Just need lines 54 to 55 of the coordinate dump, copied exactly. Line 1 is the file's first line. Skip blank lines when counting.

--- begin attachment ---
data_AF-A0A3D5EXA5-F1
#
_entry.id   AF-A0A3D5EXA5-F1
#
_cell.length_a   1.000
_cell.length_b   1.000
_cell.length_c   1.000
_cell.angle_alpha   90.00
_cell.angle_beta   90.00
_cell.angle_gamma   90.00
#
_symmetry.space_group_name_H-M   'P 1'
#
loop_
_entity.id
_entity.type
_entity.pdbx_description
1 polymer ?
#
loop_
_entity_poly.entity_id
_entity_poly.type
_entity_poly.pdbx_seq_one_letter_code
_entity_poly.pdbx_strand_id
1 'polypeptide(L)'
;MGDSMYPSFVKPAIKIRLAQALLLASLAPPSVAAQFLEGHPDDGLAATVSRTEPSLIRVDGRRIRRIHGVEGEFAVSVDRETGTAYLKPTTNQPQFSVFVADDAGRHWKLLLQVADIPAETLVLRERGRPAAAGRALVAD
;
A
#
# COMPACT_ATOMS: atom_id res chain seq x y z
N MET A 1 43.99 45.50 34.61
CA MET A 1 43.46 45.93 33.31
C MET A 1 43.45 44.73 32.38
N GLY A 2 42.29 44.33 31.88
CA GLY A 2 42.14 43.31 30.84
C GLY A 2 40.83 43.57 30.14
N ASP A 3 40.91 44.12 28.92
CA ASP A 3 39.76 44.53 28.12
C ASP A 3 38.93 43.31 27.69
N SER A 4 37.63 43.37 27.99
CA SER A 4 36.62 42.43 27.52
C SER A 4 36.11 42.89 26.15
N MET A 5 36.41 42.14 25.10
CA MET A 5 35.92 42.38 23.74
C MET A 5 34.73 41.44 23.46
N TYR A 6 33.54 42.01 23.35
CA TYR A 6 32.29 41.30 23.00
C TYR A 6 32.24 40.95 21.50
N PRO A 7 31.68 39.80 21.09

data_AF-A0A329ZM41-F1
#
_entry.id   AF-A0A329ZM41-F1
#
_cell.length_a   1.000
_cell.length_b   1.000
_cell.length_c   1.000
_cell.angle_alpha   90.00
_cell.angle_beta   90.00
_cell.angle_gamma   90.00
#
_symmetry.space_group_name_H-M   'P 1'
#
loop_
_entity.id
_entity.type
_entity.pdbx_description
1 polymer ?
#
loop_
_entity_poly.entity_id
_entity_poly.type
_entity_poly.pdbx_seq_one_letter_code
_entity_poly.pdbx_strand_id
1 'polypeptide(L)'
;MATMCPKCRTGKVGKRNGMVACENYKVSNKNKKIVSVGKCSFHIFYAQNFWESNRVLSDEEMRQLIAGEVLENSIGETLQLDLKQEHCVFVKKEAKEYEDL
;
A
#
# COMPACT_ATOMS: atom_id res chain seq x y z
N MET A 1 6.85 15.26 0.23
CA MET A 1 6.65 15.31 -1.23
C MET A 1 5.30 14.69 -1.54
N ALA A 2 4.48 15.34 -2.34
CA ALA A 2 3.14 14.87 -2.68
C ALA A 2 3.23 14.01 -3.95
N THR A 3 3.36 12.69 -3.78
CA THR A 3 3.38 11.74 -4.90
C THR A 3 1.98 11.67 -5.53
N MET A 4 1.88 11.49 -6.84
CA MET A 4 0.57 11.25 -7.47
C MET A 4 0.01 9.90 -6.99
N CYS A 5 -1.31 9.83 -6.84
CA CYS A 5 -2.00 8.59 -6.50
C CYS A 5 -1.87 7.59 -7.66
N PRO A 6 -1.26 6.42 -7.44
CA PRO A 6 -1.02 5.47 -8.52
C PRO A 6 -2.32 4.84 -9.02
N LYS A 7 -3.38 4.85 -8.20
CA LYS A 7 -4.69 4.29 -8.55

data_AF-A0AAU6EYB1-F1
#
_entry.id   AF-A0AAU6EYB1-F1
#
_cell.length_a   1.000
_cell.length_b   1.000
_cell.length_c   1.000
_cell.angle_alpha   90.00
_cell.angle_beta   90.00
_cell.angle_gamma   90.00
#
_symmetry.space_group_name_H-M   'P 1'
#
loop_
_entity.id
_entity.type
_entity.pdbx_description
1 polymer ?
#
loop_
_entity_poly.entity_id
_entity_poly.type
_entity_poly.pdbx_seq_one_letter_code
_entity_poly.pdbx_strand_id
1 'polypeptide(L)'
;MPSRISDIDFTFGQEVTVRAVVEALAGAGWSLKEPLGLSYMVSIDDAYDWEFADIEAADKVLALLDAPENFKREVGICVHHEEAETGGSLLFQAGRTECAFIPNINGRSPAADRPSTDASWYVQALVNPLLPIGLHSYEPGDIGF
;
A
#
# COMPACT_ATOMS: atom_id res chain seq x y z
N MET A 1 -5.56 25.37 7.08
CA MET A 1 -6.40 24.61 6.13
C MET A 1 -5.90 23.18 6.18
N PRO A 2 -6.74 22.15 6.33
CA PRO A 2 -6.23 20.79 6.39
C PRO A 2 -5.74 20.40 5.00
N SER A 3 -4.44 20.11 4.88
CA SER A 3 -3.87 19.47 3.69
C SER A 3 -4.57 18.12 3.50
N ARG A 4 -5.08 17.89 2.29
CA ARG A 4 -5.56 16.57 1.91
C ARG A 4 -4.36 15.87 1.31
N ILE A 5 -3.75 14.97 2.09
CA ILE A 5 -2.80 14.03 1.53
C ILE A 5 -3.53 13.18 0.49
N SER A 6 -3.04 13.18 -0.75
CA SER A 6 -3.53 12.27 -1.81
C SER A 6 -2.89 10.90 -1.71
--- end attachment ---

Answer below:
_cell.length_a   1.000
_cell.length_b   1.000